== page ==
Cybersecurity news headlines (July 1 – July 15)
July has been a pretty quiet month so far but we do have a couple of headlines to report. There were a couple of data breaches, military information stolen, users threatened with their porn viewing habits and the never ending Facebook controversy. But we did not witness any major incidents so it’s been relatively peaceful.
Here are the news that made headlines in July 1 – July 15.
Scam emails threaten to expose porn viewing habits
A new extortion scam has been noticed to hit users, and it’s threatening to send out a video of users watching adult content. While such emails have been around for a while, they are getting more convincing by revealing users’ passwords.
In such sextortion emails, the scammer first explains that they have set up some kind of malware on an adult website. The victim has supposedly visited the website and watched an adult video, which prompted that malware to download on his/her computer. The scammer then claims that a video of the victim watching pornography has been taken via webcam, and it will supposedly be sent to contacts that have been stolen from the user’s device. If victims want those videos to be deleted, they are requested to pay from a couple of hundred to a few thousand dollars.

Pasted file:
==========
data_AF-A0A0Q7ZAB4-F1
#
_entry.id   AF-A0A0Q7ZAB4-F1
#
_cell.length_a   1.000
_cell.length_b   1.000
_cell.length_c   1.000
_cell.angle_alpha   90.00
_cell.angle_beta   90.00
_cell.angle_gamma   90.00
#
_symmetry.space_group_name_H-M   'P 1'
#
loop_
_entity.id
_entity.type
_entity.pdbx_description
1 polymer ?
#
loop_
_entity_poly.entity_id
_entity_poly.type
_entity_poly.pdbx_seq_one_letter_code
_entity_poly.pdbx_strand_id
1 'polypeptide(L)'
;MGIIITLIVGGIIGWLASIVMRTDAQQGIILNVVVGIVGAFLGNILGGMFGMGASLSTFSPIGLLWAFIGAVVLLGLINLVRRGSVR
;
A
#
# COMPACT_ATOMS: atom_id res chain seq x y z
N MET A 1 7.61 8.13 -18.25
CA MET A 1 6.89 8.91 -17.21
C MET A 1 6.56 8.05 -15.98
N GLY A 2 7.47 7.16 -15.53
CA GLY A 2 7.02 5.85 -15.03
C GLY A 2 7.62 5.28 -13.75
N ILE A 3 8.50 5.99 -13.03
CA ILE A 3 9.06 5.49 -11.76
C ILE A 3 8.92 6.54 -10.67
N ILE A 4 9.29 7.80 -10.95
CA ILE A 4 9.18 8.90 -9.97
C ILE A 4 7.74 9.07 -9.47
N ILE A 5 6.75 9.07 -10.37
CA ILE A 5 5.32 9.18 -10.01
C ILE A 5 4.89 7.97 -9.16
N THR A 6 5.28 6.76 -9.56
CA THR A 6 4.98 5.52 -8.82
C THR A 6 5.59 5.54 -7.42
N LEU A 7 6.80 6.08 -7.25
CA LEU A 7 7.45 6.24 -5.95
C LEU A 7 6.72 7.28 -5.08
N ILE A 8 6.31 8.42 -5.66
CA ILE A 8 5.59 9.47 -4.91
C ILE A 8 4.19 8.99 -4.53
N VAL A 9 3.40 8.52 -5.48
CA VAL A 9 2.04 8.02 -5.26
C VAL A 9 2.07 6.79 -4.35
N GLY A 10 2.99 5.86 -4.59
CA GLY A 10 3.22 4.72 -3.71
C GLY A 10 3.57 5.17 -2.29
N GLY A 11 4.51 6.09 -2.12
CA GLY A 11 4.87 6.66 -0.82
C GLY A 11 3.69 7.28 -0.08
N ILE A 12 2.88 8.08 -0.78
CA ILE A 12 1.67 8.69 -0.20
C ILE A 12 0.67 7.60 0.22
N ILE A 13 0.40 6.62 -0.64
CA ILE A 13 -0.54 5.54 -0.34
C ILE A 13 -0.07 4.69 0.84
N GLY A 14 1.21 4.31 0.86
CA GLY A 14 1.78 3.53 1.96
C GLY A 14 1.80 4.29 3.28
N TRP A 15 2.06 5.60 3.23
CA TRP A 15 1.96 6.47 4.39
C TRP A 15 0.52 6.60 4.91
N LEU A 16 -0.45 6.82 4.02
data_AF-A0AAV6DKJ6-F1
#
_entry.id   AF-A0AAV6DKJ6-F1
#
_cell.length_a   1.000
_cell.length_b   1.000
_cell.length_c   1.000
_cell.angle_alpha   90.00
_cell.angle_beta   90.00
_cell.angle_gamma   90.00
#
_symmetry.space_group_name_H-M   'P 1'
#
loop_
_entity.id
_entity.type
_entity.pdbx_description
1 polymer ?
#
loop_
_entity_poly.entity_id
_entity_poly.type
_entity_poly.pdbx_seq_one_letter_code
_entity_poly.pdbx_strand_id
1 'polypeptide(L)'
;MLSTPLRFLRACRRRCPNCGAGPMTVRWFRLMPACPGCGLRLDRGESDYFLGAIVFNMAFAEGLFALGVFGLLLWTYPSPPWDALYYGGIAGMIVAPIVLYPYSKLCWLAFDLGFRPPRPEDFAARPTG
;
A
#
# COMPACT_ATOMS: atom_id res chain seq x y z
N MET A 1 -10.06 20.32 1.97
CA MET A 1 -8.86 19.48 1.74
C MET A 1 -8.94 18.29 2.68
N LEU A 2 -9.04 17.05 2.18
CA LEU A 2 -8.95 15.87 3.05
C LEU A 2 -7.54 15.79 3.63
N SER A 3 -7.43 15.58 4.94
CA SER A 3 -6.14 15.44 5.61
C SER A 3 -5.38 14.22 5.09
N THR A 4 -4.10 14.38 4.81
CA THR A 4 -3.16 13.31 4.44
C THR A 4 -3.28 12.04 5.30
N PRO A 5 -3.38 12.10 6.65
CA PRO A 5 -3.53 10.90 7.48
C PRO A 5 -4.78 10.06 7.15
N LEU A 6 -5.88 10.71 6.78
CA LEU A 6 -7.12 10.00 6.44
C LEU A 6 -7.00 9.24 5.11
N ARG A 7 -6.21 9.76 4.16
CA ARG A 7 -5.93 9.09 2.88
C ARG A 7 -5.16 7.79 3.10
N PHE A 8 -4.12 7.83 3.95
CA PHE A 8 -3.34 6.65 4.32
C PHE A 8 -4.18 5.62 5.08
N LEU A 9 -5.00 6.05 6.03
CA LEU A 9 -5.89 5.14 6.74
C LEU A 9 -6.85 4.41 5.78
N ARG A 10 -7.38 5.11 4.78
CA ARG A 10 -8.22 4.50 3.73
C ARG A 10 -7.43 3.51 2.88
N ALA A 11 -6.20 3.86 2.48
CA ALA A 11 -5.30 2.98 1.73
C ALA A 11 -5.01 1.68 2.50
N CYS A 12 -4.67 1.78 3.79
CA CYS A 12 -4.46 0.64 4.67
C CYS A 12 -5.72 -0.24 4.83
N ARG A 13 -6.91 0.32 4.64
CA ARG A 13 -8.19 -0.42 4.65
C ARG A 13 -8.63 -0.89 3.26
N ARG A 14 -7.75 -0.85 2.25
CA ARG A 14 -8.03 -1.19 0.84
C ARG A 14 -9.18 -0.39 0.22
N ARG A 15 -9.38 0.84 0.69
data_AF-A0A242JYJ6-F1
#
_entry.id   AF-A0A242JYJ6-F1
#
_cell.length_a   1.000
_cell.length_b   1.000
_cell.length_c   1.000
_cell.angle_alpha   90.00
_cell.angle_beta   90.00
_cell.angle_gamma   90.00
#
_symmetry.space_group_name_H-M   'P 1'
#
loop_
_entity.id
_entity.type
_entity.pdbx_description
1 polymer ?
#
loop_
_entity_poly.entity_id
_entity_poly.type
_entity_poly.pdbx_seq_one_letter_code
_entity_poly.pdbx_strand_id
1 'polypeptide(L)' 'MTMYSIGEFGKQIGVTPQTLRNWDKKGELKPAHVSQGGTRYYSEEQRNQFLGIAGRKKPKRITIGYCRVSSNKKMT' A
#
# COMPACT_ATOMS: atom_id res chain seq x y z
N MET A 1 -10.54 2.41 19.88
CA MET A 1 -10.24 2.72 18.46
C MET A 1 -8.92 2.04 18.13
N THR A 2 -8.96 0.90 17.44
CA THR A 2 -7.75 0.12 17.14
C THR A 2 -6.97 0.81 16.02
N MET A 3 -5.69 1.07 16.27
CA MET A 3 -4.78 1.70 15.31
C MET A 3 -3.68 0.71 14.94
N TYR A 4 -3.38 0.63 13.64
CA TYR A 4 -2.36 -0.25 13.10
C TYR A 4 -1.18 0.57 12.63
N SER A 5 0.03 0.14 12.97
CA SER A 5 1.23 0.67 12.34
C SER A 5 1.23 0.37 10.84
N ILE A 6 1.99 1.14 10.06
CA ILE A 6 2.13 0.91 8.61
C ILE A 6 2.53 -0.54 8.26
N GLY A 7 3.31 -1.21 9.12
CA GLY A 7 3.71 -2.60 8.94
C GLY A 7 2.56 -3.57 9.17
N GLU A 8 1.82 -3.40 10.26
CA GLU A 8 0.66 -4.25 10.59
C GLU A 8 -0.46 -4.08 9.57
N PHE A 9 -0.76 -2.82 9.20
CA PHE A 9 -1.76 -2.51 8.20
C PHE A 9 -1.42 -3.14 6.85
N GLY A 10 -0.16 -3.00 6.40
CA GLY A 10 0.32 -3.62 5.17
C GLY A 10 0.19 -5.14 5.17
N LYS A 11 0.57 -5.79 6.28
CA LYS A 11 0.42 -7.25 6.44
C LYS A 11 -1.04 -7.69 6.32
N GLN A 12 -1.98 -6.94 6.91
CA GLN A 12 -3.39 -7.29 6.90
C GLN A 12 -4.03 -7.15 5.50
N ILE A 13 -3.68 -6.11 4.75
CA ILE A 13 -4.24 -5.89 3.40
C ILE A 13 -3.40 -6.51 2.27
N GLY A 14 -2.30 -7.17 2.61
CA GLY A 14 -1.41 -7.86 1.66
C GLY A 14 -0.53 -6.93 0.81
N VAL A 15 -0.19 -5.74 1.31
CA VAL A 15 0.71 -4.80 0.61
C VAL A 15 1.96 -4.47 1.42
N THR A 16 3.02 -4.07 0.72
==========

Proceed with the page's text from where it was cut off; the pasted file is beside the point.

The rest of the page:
The new, more elaborate scams also try to scare users by revealing passwords. Those passwords are taken from data breaches (which is how they got the email address as well) and may match the password the victim is actually using or has used in the past. However, a correct password does not make the scam any more legitimate, it simply means the victim’s information has been revealed in some kind of data breach. Passwords should be changed immediately after a breach to avoid crooks getting access to accounts.
If it has not been clear enough yet, these emails are scams, and scammers don’t actually have any videos made via webcam. They’re simply trying to extort money by intimidating users.
Hacker gains access to U.S. military information
It has been revealed that a hacker gained access to top-secret documents on Air Force computers and later tried to sell them on the deep web for only a few hundred dollars. More worryingly, the attack was not even that sophisticated, indicating that the hacker may have been low-level.